Posts Tagged ‘biometrics’

The real contribution of Apple – mainstreaming a technology year after year – iPhone 5S mainstreams fingerprint authentication

September 22, 2013

A lot has been written about Apple introducing two new phones iPhone 5C and 5S on Sep 20, 2013. Long queue of Apple fans surprise Android fans as to why such an “inferior” and “expensive” phone is attracting attention. It is likely that Apple would have sold more than 5 million new iPhones, something that Apple achieved earlier too.

For many techies like me, who have been looking at technology for decades, the real contribution of Apple in the mobile phone and tablet category is the mainstreaming of a particular technology.

In the last week’s launch of iPhone 5S Apple has mainstreamed “finger print authentication” of a smart phone.

Mainstreaming means three important things –

  1. Integration of a technology into all aspects of a product
  2. Making it affordable
  3. Making the user-interface intuitive enough, that you do not need a thick “user manual”

Compaq laptops had USB-based “finger print” scanners to let only the “owner” access the laptop for more than a decade. It was an external device, costing about $ 30, and had the only purpose of a “gatekeeper” – nothing else. Several laptop manufacturers had such a solution; but, iPhone 5S brings fingerprint solution integrated into the “Main button”, at no extra cost and as intuitive as pressing the button! Also such a “personal authentication” is useable by all applications. Apple has a set of API that allows third party application developers to integrate “fingerprint” authentication in an intuitive way!

In 2007 launch of iPhone, Apple mainstreamed “touch” technology. In the past six years billions of user take “pinch” and “drag” for granted to “zoom out” and “zoom in” web pages and photographs. It was mainstreamed by Apple. Microsoft had Windows Tablet Edition that attempted to use “touch”; many “touch screen” monitors have been around for ages, but none of them integrated “touch” across the product and many first-generation “touch screens” were expensive!

In 2008 launch of iPhone 3G Apple mainstreamed 3G, particularly in USA and many other countries outside Europe. Through an exclusive arrangement with AT&T, Apple introduced users to a “consistent” broadband and data access that made voice, data and video seamless across “roaming” and across all applications. By integrating voice, eMail and browsing with the added convenience of roaming across the 3G network, Apple mainstreamed “mobile computing” (much beyond mobile E-Mail that was the real contribution of Blackberry).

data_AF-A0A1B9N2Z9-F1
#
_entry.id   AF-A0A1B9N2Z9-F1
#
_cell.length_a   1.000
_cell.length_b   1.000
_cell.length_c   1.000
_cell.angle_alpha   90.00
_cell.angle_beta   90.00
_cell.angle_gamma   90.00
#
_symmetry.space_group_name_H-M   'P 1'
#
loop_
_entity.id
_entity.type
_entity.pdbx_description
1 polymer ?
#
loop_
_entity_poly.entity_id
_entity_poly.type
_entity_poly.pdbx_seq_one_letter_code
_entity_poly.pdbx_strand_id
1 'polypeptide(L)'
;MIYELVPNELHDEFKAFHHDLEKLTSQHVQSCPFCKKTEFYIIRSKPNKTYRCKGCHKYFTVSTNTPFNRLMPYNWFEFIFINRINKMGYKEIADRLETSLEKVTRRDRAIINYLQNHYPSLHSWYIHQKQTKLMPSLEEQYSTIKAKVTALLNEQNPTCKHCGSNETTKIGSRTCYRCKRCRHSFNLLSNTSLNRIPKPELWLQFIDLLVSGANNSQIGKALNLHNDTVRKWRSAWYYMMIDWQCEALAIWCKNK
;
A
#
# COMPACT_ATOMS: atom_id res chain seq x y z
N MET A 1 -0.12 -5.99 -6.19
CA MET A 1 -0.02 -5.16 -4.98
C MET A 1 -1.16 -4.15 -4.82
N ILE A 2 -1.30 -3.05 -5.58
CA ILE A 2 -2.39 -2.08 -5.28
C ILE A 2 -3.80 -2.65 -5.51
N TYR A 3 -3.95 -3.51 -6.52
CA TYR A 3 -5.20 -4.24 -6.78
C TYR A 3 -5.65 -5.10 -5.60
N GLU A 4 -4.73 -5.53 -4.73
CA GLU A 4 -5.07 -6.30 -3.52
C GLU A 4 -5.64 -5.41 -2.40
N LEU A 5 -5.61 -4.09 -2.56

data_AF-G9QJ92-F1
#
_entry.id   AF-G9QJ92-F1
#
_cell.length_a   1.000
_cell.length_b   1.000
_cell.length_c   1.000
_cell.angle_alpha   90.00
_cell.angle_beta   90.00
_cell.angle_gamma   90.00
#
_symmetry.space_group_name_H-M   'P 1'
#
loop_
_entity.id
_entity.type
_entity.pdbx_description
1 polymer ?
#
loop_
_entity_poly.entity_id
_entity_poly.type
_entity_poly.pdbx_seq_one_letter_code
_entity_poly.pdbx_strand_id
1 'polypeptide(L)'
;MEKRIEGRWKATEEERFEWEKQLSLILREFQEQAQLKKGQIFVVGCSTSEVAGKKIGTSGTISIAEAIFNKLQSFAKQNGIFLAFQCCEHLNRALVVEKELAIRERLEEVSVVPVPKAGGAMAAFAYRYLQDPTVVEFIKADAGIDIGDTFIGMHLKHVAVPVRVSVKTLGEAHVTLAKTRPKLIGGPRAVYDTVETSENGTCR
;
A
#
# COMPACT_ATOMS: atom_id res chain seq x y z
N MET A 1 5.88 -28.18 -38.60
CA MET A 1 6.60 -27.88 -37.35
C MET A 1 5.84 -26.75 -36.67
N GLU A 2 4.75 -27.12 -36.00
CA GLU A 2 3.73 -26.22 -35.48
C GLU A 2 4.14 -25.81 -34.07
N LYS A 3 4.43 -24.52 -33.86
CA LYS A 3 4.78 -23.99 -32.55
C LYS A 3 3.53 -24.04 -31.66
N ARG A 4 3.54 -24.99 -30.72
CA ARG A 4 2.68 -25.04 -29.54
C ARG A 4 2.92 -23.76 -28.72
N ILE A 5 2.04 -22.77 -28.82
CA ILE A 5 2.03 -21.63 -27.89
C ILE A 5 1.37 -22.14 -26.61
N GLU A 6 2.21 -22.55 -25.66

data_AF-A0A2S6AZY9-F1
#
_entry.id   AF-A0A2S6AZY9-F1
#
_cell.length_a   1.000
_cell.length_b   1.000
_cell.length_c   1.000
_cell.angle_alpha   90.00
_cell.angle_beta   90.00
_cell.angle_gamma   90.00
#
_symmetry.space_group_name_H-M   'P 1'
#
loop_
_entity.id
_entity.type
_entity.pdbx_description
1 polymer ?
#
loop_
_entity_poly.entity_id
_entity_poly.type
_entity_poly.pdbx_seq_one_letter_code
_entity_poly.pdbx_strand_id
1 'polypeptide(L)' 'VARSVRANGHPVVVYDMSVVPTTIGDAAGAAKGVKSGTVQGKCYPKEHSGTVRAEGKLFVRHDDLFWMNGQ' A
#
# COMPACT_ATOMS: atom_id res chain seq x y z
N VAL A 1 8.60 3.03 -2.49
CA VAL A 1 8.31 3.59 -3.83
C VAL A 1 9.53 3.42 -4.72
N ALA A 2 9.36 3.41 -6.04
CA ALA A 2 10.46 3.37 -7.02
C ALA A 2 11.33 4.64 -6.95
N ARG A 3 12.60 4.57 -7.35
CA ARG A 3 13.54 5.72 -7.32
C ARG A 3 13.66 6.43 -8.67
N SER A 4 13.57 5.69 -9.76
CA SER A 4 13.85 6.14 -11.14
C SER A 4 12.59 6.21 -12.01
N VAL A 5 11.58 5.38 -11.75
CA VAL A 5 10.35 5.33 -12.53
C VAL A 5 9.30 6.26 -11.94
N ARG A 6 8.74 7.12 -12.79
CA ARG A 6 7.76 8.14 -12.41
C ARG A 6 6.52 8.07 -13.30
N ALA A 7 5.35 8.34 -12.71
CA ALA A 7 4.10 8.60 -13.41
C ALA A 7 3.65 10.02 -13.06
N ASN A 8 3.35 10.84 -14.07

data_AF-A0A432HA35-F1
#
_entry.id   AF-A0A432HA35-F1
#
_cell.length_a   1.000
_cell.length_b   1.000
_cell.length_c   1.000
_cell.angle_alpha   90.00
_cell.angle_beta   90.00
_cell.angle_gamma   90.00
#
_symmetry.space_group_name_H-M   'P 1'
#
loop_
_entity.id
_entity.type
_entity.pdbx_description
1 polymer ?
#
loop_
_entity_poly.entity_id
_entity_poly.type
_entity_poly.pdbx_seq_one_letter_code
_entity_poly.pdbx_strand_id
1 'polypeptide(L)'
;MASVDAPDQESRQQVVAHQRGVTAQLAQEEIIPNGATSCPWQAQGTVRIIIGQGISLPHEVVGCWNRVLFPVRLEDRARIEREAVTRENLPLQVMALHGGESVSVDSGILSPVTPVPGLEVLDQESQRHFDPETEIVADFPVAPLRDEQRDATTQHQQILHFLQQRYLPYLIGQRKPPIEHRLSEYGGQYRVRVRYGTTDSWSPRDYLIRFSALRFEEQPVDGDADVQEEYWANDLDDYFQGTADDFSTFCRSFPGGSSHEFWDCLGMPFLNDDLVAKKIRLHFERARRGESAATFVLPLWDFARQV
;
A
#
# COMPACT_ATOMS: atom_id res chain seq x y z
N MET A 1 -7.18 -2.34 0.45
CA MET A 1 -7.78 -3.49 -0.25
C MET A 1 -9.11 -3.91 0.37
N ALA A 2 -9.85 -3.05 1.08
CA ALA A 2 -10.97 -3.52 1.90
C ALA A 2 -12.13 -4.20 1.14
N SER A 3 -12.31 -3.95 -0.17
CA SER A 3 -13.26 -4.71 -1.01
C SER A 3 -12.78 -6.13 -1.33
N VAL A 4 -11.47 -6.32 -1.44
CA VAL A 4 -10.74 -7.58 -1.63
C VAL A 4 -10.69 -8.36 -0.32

In 2008/2009 launch of AppStore Apple mainstreamed Apps and delivering Apps through AppStore as a new way of delivering consumer applications. Suddenly the “barrier to entry” for application development got lowered and a huge “cottage industry” got developed which is estimated to be about $ 50 billion today! There were third party AppStores before. Palm, Microsoft Windows and Blackberry had App Stores, but none offered the scale, tools and a ready market that Apple offered.

In 2010 launch of iPad Apple mainstreamed “tablet” as a new category of computing devices, what Steve Jobs called “post PC devices”. By mainstreaming “Flash RAM”, iPad was convenient, instant on, battery good enough for couple of days use and an amazingly good display that made iPad compelling as eBook Reader, watching slide shows and videos (many from Google YouTube!) at a price that was affordable

In 2010/2011 launch of iPhone 4 Apple mainstreamed Retina display  with 326 dpi resolution; with 300 dpi said to match the resolution of human eye, this is what Steve Jobs called “the limits of what human eyes can see”. It did create enough controversy among the scientific community. What is important is the integration of superior display technology across the device – for better display of photographs and videos, better rendering of books, newspapers and magazines, better rendering of Web-pages, and of course, better capturing of photos and videos with dramatic improvements in camera technology. Once again Apple’s main contribution is “main streaming”; Amazon and Samsung had better display; Nokia had better camera, but none could match iPhone 4’s holistic experience.

In 2012 launch of iPad Mini Apple embraced “Phablet” as a category that combined phone and tablet functions. While Samsung and others (Google has been experimenting with Chrome laptops and 7″ NexusTablets for a while) had equal success with sale of phablets, the huge apps base particularly in the education segment made iPad Mini a category by itself, particularly for the budget-conscious and one-hand use that characterised student use.

In 2013 launch of iPhone 5S Apple is only continuing the trend of mainstreaming one more technology – namely, fingerprint authentication. Apple May or may not be selling the largest number of phones and tablets (that may go to Android). But what should not be forgotten is the fact that year after year Apple has been mainstreaming a technology – that is taken for granted by EVERY user – both the users using Apple products and those using non-Apple products. That is the real contribution of Apple. That partially explains the Apple fan club enthusiasm year after year, even two years after Steve Jobs is gone!

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Professor Sowmyanarayanan Sadagopan is the Director of IIIT-Bangalore. These are his personal views. He can be reached at s.sadagopan@gmail.com